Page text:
Motorola has stated that all Moto 360 devices should now have received the Android 5.0 Lollipop update, bringing all of the cool new features of Google's latest mobile operating system to its wearable.
Smartwatch specs are often considered boring because they're filled with small numbers and purposefully underperforming processors next to today's monster PC components. That's why a lot of manufacturers are quick to tout the outward appearance before hastily glossing over the lightweight internals. Moto 360 takes this to a whole new level.
There's a Texas Instruments OMAP 3 processor making this digital smartwatch tick, and it's about four-year-old technology that can also be found in the MotoACTIV and Moto Droid X. Maybe Motorola had to burn through these 45nm chips instead of opting for the more efficient, yet capable Qualcomm-made 1.2GHz Snapdragon 400 found in the LG G Watch and Gear Live.
The TI OMAP 3 translates into occasional lag when swiping through Android Wear menus, almost as if you didn't apply enough pressure on the touchscreen. It's not you, though, it's the the turn-of-the-decade chip. Just as frustrating is that the watch's connection to our phone (and therefore the internet) was lost several times, more than with its Google-powered rivals.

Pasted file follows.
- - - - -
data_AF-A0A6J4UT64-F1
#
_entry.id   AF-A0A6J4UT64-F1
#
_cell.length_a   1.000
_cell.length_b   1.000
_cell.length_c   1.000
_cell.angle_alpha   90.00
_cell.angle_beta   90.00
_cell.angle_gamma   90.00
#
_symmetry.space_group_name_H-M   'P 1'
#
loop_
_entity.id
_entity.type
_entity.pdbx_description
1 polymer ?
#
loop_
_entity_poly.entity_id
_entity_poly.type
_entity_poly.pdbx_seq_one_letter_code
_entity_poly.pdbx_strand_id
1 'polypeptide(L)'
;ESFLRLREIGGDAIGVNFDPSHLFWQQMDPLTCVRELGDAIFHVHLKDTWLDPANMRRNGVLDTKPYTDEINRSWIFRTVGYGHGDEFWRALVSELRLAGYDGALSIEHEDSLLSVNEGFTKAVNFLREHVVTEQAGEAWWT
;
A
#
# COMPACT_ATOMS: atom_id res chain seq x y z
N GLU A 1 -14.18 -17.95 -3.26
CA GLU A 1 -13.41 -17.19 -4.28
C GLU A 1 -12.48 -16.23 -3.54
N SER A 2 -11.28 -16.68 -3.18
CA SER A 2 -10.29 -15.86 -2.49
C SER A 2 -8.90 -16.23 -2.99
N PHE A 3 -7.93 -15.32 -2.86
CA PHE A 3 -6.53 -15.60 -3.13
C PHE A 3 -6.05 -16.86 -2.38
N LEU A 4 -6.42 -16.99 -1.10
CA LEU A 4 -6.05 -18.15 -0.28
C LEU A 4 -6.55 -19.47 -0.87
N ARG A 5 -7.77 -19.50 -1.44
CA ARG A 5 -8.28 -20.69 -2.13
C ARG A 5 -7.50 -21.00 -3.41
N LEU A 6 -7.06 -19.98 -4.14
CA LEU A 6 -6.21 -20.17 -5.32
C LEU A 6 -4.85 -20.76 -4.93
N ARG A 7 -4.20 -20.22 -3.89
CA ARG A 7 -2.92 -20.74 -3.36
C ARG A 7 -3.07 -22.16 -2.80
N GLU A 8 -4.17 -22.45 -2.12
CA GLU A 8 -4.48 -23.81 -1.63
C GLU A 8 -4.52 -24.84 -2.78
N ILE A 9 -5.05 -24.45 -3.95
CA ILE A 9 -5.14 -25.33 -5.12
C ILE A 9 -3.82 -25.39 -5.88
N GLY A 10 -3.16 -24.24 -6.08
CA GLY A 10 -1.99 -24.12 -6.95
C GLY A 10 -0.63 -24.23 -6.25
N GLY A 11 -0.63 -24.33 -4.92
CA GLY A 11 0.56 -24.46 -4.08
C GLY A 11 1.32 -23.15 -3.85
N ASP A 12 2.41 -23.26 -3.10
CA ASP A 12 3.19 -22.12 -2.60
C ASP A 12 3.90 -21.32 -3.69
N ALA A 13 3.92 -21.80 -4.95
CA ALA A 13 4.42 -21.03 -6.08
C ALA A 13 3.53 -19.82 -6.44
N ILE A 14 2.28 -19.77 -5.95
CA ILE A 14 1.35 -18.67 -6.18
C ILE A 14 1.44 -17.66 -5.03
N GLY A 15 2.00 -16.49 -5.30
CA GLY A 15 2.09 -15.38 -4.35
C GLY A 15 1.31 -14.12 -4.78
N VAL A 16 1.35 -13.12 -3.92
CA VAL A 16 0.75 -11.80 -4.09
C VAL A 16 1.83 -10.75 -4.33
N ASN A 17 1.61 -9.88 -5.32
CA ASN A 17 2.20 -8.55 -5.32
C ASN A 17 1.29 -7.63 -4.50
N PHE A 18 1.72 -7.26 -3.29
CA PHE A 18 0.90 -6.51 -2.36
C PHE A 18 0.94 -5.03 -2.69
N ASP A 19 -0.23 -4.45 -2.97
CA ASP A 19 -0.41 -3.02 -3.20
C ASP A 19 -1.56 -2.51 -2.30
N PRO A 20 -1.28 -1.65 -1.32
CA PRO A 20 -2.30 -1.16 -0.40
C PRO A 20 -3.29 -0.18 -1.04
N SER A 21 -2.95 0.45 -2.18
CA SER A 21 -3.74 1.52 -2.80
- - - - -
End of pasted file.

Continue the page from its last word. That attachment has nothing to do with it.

Even with a decently sized 320mAh battery listed on the specs sheet, the inefficient Moto 360 processor taxes its - at best - day-long battery life before it shuts down. That shouldn't be. Our Samsung Gear Live ran even longer with a Super AMOLED display with a 300mAh battery. Likewise, we got a day and a half out of the LG G Watch with a 400mAh battery.
Moto 360 does come with 512MB and 4GB of internal storage, exactly like the Samsung and LG watches, so the blame lies squarely on the round watch's inferior chip. It does lack the GPS capabilities being introduced with the Sony Smartwatch 3 later this year and offline music playback that is expected to be a part of future Android Wear watches.
However, Motorola managed to make Moto 360 somewhat workout-worthy thanks to a built-in optical heart rate sensor and pedometer neatly integrated into its first-party fitness app.